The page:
Category Archives: Isaiah

  1. GOD, my shepherd (Psalm 23) [Sermon 6-23-2017]

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    June 22, 2017 by jmar198013

    The Psalms not only give us new language to speak to God with; they give us new and colorful ways to describe God, imagine God, and experience God. This leads to deeper and richer conversations with God. Psalm 23 imagines God as both a shepherd guiding us through scary places; and a host who wines and dines us in his own home. Other psalms portray God as a warrior, food and drink, and even a mother with a nursing baby at her breast. When we learn to imagine and speak to God with these metaphors, we learn God’s faithfulness to meet all our needs.

  2. Fulfilling Isaiah (Acts 8.26-39) [sermon 5-7-2017]

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    May 6, 2017 by jmar198013

    The work of the church is to continue what God and Jesus and Philip and the Ethiopian eunuch began. To “take up the cause of all the black sheep,” the ones who have been considered unclean and excluded from God’s people. To bring them to the Good News of God’s salvation—that God has heard them crying out in their shame and humiliation. That they are not strangers to God. That God knows and loves all his children. That Jesus has borne their shame and rejection in his cross. That in the incarnation, death, resurrection, and glorification of Christ, Father God has “embraced the company of the lowest.” Our work as the church is to keep fulfilling Isaiah 56 through the Good News of Isaiah 53. We need to know who the foreigners and eunuchs of our time are to do this. I believe we are wise enough to know this.

    Because the bottom line is, God has embraced the church in our shame and uncleanness through the waters of baptism. And Jesus’ word to us is the same as it ever was: Do unto others as I have done for you.

  3. Sight to the blind (Luke 18.31 – 19.10) [sermon 4-2-2017]

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    March 31, 2017 by jmar198013

    In Luke 18.31-19.10, the meaning of Jesus’ word is hidden from his disciples. A blind man begs for sight. A tiny tax collector named Zacchaeus climbs a tree to see Jesus through a crowd. There’s all sorts of reasons people can’t see. But Jesus cures not only the blindness of the eyes, but of the heart and spirit.

  4. Jesus and John (Luke 7.18-35) [Sermon 2-12-17]

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    February 10, 2017 by jmar198013

    John came calling the people to cry, and he was right. Jesus came calling the people to dance, and he was right, too. The Pharisees and scribes thought John was demonic and Jesus was a drunk. And they were wrong. You know what that means? It means there are times and seasons when we need to hear a call like John’s to weep over our sins and repent. But Jesus also calls us to joyful celebration, to acknowledge God’s justice, and feast on God’s love.

    Children of wisdom will know when it’s time to cry, and when it’s time to dance.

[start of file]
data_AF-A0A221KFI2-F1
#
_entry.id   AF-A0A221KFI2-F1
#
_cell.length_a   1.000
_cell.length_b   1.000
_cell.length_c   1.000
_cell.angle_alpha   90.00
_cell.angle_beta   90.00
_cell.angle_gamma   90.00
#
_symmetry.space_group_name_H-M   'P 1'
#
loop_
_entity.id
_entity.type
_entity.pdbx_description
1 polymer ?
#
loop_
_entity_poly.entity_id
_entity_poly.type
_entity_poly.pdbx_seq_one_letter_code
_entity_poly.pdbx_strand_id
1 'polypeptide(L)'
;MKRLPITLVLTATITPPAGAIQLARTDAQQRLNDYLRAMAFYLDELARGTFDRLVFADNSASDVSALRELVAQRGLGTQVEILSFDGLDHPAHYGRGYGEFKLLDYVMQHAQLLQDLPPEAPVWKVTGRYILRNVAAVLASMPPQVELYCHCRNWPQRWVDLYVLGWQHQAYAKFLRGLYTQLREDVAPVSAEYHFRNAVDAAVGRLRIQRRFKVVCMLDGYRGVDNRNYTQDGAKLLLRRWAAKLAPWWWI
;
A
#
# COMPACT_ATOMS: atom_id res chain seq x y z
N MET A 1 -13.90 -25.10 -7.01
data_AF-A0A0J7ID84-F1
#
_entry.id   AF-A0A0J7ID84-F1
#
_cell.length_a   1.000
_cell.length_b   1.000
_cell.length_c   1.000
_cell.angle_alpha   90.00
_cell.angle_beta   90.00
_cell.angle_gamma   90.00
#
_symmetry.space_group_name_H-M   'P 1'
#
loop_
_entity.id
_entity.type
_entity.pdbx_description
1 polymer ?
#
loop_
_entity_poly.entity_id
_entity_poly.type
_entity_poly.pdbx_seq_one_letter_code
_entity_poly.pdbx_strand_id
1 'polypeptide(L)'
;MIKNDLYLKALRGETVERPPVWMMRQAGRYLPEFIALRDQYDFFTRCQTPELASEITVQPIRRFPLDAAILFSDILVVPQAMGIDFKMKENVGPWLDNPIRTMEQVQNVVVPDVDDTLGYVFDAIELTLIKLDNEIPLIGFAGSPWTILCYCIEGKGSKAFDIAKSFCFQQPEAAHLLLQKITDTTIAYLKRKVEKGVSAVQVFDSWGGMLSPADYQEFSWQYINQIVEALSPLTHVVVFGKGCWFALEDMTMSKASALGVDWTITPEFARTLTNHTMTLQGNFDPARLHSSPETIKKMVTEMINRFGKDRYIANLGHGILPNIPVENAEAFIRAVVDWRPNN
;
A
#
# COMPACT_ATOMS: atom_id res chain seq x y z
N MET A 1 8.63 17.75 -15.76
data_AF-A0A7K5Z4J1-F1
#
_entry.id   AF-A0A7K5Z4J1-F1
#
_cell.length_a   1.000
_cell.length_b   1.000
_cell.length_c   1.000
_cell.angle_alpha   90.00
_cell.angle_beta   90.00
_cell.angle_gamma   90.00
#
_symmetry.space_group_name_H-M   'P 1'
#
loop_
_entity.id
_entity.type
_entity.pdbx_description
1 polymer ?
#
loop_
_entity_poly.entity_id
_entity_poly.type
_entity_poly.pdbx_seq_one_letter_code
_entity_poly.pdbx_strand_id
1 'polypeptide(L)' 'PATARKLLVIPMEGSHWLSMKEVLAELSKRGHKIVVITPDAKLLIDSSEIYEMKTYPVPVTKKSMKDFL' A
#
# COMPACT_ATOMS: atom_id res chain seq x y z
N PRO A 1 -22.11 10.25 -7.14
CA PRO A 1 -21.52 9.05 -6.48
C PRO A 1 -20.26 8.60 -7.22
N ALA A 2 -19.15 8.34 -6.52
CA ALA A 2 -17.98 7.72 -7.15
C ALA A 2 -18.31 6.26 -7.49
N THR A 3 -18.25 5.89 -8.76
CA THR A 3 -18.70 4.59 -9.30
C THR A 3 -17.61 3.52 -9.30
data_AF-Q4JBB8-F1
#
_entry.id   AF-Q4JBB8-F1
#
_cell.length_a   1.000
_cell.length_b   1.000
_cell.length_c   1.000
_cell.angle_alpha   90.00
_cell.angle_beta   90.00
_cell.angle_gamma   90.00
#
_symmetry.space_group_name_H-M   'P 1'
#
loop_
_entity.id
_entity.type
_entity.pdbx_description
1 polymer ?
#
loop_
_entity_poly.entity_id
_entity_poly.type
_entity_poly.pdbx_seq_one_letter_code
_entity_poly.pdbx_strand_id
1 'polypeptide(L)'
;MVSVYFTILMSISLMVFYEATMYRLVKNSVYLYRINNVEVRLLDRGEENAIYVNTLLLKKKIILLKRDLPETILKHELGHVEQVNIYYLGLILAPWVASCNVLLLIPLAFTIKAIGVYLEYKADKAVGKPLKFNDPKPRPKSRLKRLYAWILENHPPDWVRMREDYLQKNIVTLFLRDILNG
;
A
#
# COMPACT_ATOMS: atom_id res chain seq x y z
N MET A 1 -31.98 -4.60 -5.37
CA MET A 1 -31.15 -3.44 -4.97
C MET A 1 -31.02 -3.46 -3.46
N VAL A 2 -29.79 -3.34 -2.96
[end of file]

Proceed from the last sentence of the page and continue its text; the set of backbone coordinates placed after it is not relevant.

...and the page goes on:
5. Walking in the ways of Elijah and Elisha (Luke 7.1-17) [sermon 2-5-2017]

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    February 3, 2017 by jmar198013

    When the people saw Jesus at work, they said: “God has come to help his people.” And just maybe, if we follow Jesus—bringing the Good News of God’s salvation to the dark and desperate corners of our time, even across enemy lines—people will also see our work, and conclude that God has come to help them. Through his people.

  6. Setting the Sabbath free (Luke 6.1-16) [Sermon 1-29-2017]

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    January 27, 2017 by jmar198013

    The Sabbath was meant for the release, rest, and healing of those who had been slaves. But what happens when a law that was meant to give comfort to former slaves morphs into another form of bondage? How can it be a day of rest and release if you’re so worried about doing it wrong, you can’t really celebrate it? Those Pharisees would have people become slaves to the Sabbath. Jesus came to set people free. And he came to set the Sabbath free. So it could serve humanity, the way God meant it to.

  7. An agenda for ministry (Luke 4.14-30) [Sermon 01-15-2017]

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    January 13, 2017 by jmar198013

    Jesus told his neighbors, in no uncertain terms, that God didn’t intend for Jubilee to be proclaimed only to them. Jesus had come to preach the Good News of God’s salvation to all the poor folk. To heal all the blind folk. To proclaim forgiveness and release to all the captives. Yes, even the tax collectors and Samaritans and … even the Romans. God had sent him to proclaim Jubilee to everyone. Even their enemies. And that’s what got them mad enough to throw Jesus off a cliff. Because there’s this human tendency to think blessing is a zero-sum game. Good news for somebody has to mean bad news for somebody else. There can’t be a “year of the Lord’s favor” without a corresponding “day of vengeance for our God.” Jesus came to show us it doesn’t really have to be that way.

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